Medically Reviewed by Michael W. Smith, MD on June 11, 2021

When You Ache All Over

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Muscle pain that affects a small part of your body is usually caused by overuse -- sore arms from lifting boxes all day, for example. Or it could be a minor injury, like a bruised shoulder after a fall. But when you ache all over your body, it’s more likely caused by an infection, illness, or medicine you’ve taken.

Blood Flow Problem

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If you have pain in your arms, legs, or both, your muscles may not be getting enough blood -- a problem called claudication. At first, you may notice it only when you exercise, but in time, you might feel it when you sit or walk. This is usually caused by a condition called arteriosclerosis, which is when there’s blockage in the tubes that carry blood to your muscles.

Hypothyroidism

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This is when your thyroid gland doesn’t make enough of certain key hormones. It can cause muscle and joint aches, as well as swelling and tenderness. It can make you tired and lead to memory problems, thinning hair, dry skin, high cholesterol, slowed heart rate, and other issues. Your doctor can do a simple blood test to find out if you have it, and if so, drugs can help replace the missing hormones. 

The Flu or Other Infections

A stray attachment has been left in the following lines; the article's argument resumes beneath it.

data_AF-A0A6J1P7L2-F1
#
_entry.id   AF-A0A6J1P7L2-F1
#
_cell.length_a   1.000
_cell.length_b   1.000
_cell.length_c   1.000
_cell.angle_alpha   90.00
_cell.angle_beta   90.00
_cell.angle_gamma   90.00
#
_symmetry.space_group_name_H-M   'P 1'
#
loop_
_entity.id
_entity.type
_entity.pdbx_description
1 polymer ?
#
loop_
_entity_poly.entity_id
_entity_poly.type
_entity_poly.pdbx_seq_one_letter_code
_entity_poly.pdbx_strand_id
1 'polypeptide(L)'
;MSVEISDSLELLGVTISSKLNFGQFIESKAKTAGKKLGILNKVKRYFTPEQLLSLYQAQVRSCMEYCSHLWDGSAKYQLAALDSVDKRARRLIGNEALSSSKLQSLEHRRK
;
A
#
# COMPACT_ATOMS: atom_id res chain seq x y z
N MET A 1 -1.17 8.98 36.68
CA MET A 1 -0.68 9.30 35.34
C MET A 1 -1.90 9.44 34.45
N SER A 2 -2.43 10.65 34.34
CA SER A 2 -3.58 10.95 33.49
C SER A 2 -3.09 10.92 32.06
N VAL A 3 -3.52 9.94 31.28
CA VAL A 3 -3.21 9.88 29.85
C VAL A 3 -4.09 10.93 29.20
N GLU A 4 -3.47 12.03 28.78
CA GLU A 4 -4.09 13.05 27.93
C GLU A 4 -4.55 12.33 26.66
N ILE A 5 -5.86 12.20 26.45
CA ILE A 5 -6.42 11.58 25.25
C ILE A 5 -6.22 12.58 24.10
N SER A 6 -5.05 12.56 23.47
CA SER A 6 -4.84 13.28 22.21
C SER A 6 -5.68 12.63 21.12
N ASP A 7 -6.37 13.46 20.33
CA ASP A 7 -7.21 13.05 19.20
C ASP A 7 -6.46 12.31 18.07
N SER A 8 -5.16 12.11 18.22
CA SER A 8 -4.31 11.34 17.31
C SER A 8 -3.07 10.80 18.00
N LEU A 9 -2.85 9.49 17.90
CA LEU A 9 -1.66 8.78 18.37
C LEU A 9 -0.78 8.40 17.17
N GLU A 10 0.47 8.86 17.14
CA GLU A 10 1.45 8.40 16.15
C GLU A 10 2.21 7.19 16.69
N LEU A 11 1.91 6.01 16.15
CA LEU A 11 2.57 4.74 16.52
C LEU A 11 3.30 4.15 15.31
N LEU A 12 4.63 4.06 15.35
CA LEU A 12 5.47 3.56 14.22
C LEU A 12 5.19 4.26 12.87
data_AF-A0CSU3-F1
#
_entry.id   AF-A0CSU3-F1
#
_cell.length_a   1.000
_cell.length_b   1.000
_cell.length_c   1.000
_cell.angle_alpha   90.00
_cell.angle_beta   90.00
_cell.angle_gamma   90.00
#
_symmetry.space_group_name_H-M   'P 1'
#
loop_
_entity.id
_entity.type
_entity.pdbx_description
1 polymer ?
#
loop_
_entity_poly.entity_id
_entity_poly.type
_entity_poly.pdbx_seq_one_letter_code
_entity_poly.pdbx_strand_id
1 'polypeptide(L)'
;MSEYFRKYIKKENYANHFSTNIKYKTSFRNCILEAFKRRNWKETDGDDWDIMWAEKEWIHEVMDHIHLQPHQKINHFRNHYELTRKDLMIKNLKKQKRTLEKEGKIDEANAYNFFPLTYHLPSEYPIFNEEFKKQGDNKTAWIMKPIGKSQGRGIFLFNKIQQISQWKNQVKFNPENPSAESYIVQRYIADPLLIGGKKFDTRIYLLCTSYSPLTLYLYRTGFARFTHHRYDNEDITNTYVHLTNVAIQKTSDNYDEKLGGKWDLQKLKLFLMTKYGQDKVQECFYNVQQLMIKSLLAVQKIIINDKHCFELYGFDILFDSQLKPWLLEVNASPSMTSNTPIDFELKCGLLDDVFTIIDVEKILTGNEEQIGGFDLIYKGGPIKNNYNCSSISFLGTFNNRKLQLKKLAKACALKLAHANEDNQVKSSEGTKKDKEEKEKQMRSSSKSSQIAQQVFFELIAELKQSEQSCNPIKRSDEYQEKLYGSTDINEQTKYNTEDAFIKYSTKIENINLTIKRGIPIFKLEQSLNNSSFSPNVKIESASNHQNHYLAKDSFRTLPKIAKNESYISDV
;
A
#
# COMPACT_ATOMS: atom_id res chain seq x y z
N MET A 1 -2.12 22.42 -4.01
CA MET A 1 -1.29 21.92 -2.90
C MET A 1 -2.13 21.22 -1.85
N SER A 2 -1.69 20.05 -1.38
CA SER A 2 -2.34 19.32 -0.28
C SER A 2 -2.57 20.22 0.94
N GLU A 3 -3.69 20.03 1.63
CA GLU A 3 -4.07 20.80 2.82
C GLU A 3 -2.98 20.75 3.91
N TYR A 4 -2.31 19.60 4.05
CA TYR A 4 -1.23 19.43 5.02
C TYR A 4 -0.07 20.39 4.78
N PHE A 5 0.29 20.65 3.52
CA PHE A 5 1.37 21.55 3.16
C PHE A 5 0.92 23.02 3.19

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When a flu virus hits, it brings on fever and congestion, and it can make your muscles ache, especially in your back, legs, and arms. It usually gets better on its own in a week or so, but call your doctor if it doesn’t. You also should see them if you have other health problems and you get the flu or you have a cough that doesn’t go away. Other infections can also give you muscle aches, including  COVID-19 and HIV.

Medications

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Drugs called statins are used to control high cholesterol, and about 30% of people who take them say they have muscle pain. If this is happening with you, talk to your doctor. They may be able to give you a different medication.

Lupus

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This is a kind of autoimmune disease -- it causes your immune system, which normally helps protect your body, to attack your tissues and organs. When lupus affects your joints or muscles, it can make them stiff, and it can hurt to move. There’s no cure, but medication and certain exercises can help control your symptoms. Talk to your doctor about what would work best for you.

Rheumatoid Arthritis

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This is also an autoimmune disease -- it mainly affects your joints and can lead to bone loss. It can cause pain and inflammation all over your body, and your joints may swell into odd shapes. Medication and physical therapy can help with your symptoms, but there’s no cure. In some cases, you may need surgery to repair the affected joints.

Dermatomyositis

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This autoimmune disease makes your muscles and joints ache and causes painful, itchy, red or purple rashes on your eyelids. It also makes spots on your knuckles, elbows, knees, and toes, can dry your skin, thin your hair, and cause swollen, irritated skin around your fingernails. It can be triggered by infection, drugs, or cancer. There’s no cure, but your doctor can help you manage your symptoms with drugs and physical therapy.

Fibromyalgia